Our Cleaner, Safer Fuels Also Support America’s Grids
by Sean Cota, NEFI & Tom Tubman, AEC
While utilities on the West Coast are burning down forests, our industry is revitalizing the Northeast’s forest economy and preventing electricity peaking in the process
Last month, New York and other states across the country experienced some very bizarre weather conditions. Though the sun was shining, you could hardly tell because the skies were so hazy. It’s almost hard to fathom, but that haze New Yorkers saw overhead was actually smoke from the massive forest fires on the West Coast, which we now know were most likely caused by electric utility equipment.
That’s right. The electric utilities sparked a forest fire so big that the smoke from it traveled across the entire country!
Even before this disaster, the utilities’ track record on the West Coast was far from clean. Just last year, PG&E pled guilty to starting a forest fire in 2018 that burned down 10,000 homes and killed 84 people. And who can forget the Aliso Canyon gas leak of 2015-16, which released some 100,000 tons of methane over a four-month period.
Nevertheless, the notion that we would be able to actually see and physically point to the effects of a West Coast disaster on the East Coast is almost unbelievable, like something out of a movie. Except that it wasn’t — it really happened, and the fires are still burning out west.
Meanwhile, in the Northeast, the liquid heating fuel industry is positioned to help revitalize the region’s struggling forest economy, and not by cutting down more trees or burning wood. Instead, we’re using forest waste products — think trimmings and sawdust — to create a renewable liquid heating fuel with net-negative carbon emissions.
On July 29, NEFI member Biofine Developments Northeast (BDNE) announced an agreement with the town of Lincoln, Maine to establish a new, industrial scale biorefinery at a former mill site located in the town. The plant will convert forest waste into a cellulosic biofuel called ethyl levulinate (EL), which can be used as an affordable replacement for heating oil or blended into it alongside other renewable liquid fuels.
BDNE estimates that its Lincoln biorefinery will create about 200 full-time jobs, with the potential for approximately 2,000 over time. The EL produced in Lincoln will reduce Maine’s greenhouse gas emissions by 40,000 metric tons (mt) per year, which equals the amount of carbon captured by 49,000 acres of forest. Long-term, BDNE sees the potential for 4 million mt of annual reductions, which amounts to 40 percent of the state’s climate-action benchmark for 2030.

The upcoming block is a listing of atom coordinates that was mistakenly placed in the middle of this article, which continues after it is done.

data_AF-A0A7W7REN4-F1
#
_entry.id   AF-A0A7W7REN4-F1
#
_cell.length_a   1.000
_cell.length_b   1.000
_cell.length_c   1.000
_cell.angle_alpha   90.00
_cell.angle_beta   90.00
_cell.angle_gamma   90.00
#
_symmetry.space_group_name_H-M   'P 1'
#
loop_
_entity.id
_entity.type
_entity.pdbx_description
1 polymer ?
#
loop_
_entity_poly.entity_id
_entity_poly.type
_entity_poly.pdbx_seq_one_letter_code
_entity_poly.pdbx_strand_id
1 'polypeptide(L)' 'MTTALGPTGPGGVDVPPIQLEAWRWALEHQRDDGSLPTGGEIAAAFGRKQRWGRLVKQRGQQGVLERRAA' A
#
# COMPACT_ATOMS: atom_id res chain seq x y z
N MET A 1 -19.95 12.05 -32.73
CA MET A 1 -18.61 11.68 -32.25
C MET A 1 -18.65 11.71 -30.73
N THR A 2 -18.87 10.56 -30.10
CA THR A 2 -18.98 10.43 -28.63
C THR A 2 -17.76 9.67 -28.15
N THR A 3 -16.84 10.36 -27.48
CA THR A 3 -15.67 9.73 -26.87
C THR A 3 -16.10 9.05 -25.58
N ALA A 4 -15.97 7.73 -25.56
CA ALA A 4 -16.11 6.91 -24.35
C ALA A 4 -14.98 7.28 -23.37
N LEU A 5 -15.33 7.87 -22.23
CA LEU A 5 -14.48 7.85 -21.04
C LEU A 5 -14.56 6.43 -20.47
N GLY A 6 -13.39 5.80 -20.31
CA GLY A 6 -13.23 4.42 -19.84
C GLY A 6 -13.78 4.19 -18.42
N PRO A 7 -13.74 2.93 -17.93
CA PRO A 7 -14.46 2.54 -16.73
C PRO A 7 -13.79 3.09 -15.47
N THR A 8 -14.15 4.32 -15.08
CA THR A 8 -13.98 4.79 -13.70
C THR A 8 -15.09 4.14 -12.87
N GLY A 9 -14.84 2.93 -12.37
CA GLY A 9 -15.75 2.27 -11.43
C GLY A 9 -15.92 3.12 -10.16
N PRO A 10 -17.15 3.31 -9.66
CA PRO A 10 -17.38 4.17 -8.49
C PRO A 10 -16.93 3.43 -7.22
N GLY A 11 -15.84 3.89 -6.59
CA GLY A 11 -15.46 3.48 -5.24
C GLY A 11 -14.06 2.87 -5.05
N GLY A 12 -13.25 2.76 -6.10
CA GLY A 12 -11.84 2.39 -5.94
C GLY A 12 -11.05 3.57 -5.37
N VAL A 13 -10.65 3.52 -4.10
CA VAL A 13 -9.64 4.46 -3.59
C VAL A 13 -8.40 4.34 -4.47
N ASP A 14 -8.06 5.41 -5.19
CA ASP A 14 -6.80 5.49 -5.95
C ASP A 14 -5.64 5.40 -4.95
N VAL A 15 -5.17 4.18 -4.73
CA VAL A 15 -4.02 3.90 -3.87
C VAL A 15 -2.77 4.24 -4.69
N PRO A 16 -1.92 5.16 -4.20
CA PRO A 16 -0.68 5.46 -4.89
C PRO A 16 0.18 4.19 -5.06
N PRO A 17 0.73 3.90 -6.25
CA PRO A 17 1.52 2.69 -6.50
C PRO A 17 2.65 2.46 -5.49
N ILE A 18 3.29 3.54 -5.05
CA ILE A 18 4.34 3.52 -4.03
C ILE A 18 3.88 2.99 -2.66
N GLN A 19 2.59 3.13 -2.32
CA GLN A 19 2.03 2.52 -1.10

EL has been successfully tested by the National Oilheat Research Alliance over the past decade and is now one major step closer to wide-scale commercialization at a price point that’s expected to be similar to, if not lower than, ultra-low sulfur heating oil. That’s great news not only for our industry, but also for the nation’s power grid.
By heating their homes with EL rather than electric heat pumps, ratepayers won’t have to worry about electricity shortages or price spikes resulting from cold-weather demand peaks. Likewise, power plants will be able to avoid peaking and will still be able to use renewable liquid heating fuel for power generation during the coldest conditions.
Additionally, increases in cellulosic biomass production could help the U.S. go greener faster. When you include liquid biofuels, biomass-based energy is already the country’s leading renewable, accounting for nearly 40 percent of U.S. renewable energy consumption (see “U.S. Consumed Record Amount of Renewable Energy in 2020” from last issue). About 61 percent of the nation’s wood is used for industrial purposes, 23 percent for residential and commercial, and 17 percent for electric power.
Normally, the waste byproducts of wood production would be exactly that – waste. Left unused, they rot away, releasing methane. But when those products are refined into EL, they help reduce net emissions. By providing a market for EL, the heating fuel industry would actually serve as a partner to electric power generators, helping them reduce lifecycle emissions as they convert to renewable energy sources such as biomass and hydropower.
This brings us back to the West Coast. California is currently in the midst of a historic drought, which has severely diminished the state’s water supply and taken hydroelectricity offline. Instead of hydropower, electrical plants are now running on natural gas, which is driving up the state’s emissions and energy costs.
EL can lower both and help prevent power plant peaking. That’s one more reason why we say renewable liquid heating fuels are our country’s best, fastest, most efficient, affordable and reliable solution for a net-zero future.
Sean Cota is the President and Chief Executive Officer of NEFI. He can be reached at firstname.lastname@example.org. Tom Tubman is the Executive Director of AEC. He can be reached at email@example.com.